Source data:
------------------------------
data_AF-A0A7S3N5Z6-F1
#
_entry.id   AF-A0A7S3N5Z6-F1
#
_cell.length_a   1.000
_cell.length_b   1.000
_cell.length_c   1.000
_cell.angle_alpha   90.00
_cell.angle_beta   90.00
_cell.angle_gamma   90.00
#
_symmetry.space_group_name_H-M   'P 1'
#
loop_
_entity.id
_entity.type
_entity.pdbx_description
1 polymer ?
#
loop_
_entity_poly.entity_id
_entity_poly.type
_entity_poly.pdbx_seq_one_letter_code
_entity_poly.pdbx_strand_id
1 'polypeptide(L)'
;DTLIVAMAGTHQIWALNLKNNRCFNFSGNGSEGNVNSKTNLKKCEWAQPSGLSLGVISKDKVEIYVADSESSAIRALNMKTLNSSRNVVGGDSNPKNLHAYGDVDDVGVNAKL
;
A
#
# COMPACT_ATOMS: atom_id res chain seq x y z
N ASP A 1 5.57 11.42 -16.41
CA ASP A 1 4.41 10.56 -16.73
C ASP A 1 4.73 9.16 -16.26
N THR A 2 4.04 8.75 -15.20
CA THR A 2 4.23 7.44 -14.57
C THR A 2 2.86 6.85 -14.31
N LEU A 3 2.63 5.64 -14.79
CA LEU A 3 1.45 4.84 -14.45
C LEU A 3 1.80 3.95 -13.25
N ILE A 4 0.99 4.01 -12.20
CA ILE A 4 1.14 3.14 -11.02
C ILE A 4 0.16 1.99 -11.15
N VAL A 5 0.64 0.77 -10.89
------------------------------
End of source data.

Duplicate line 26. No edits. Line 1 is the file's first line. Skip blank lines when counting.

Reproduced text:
;DTLIVAMAGTHQIWALNLKNNRCFNFSGNGSEGNVNSKTNLKKCEWAQPSGLSLGVISKDKVEIYVADSESSAIRALNMKTLNSSRNVVGGDSNPKNLHAYGDVDDVGVNAKL